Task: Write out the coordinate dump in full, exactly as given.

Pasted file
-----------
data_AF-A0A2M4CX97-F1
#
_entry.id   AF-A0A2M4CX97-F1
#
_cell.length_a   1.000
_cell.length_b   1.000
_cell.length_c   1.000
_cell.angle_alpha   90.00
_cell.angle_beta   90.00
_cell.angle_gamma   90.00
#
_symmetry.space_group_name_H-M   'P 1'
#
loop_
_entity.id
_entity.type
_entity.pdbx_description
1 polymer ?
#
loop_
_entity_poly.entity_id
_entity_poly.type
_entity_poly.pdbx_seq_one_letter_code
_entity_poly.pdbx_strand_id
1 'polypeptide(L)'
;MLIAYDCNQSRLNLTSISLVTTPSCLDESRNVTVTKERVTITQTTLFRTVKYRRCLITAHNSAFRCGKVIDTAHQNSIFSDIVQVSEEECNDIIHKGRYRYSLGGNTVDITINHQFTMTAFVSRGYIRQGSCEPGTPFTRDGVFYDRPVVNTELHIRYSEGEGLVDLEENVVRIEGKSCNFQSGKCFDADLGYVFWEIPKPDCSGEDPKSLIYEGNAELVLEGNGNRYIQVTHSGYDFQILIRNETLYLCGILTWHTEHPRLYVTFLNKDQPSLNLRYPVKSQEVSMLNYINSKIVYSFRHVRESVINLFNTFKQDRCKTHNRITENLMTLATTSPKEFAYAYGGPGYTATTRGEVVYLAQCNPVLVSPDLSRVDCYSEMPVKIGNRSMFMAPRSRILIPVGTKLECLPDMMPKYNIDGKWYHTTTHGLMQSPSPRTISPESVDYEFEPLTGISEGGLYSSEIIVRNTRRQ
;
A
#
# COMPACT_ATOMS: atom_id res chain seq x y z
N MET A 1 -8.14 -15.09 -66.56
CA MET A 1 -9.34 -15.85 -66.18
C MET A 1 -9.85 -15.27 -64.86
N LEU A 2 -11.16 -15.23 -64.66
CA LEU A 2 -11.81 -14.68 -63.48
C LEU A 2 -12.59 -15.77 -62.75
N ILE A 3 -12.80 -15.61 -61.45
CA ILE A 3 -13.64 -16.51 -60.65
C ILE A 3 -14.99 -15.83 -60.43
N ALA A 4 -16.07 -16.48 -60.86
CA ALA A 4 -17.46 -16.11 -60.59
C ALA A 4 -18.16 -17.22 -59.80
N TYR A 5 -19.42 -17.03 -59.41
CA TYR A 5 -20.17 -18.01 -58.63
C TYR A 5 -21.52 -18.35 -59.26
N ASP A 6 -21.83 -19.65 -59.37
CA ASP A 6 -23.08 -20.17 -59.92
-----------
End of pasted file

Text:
data_AF-A0A2M4CX97-F1
#
_entry.id   AF-A0A2M4CX97-F1
#
_cell.length_a   1.000
_cell.length_b   1.000
_cell.length_c   1.000
_cell.angle_alpha   90.00
_cell.angle_beta   90.00
_cell.angle_gamma   90.00
#
_symmetry.space_group_name_H-M   'P 1'
#
loop_
_entity.id
_entity.type
_entity.pdbx_description
1 polymer ?
#
loop_
_entity_poly.entity_id
_entity_poly.type
_entity_poly.pdbx_seq_one_letter_code
_entity_poly.pdbx_strand_id
1 'polypeptide(L)'
;MLIAYDCNQSRLNLTSISLVTTPSCLDESRNVTVTKERVTITQTTLFRTVKYRRCLITAHNSAFRCGKVIDTAHQNSIFSDIVQVSEEECNDIIHKGRYRYSLGGNTVDITINHQFTMTAFVSRGYIRQGSCEPGTPFTRDGVFYDRPVVNTELHIRYSEGEGLVDLEENVVRIEGKSCNFQSGKCFDADLGYVFWEIPKPDCSGEDPKSLIYEGNAELVLEGNGNRYIQVTHSGYDFQILIRNETLYLCGILTWHTEHPRLYVTFLNKDQPSLNLRYPVKSQEVSMLNYINSKIVYSFRHVRESVINLFNTFKQDRCKTHNRITENLMTLATTSPKEFAYAYGGPGYTATTRGEVVYLAQCNPVLVSPDLSRVDCYSEMPVKIGNRSMFMAPRSRILIPVGTKLECLPDMMPKYNIDGKWYHTTTHGLMQSPSPRTISPESVDYEFEPLTGISEGGLYSSEIIVRNTRRQ
;
A
#
# COMPACT_ATOMS: atom_id res chain seq x y z
N MET A 1 -8.14 -15.09 -66.56
CA MET A 1 -9.34 -15.85 -66.18
C MET A 1 -9.85 -15.27 -64.86
N LEU A 2 -11.16 -15.23 -64.66
CA LEU A 2 -11.81 -14.68 -63.48
C LEU A 2 -12.59 -15.77 -62.75
N ILE A 3 -12.80 -15.61 -61.45
CA ILE A 3 -13.64 -16.51 -60.65
C ILE A 3 -14.99 -15.83 -60.43
N ALA A 4 -16.07 -16.48 -60.86
CA ALA A 4 -17.46 -16.11 -60.59
C ALA A 4 -18.16 -17.22 -59.80
N TYR A 5 -19.42 -17.03 -59.41
CA TYR A 5 -20.17 -18.01 -58.63
C TYR A 5 -21.52 -18.35 -59.26
N ASP A 6 -21.83 -19.65 -59.37
CA ASP A 6 -23.08 -20.17 -59.92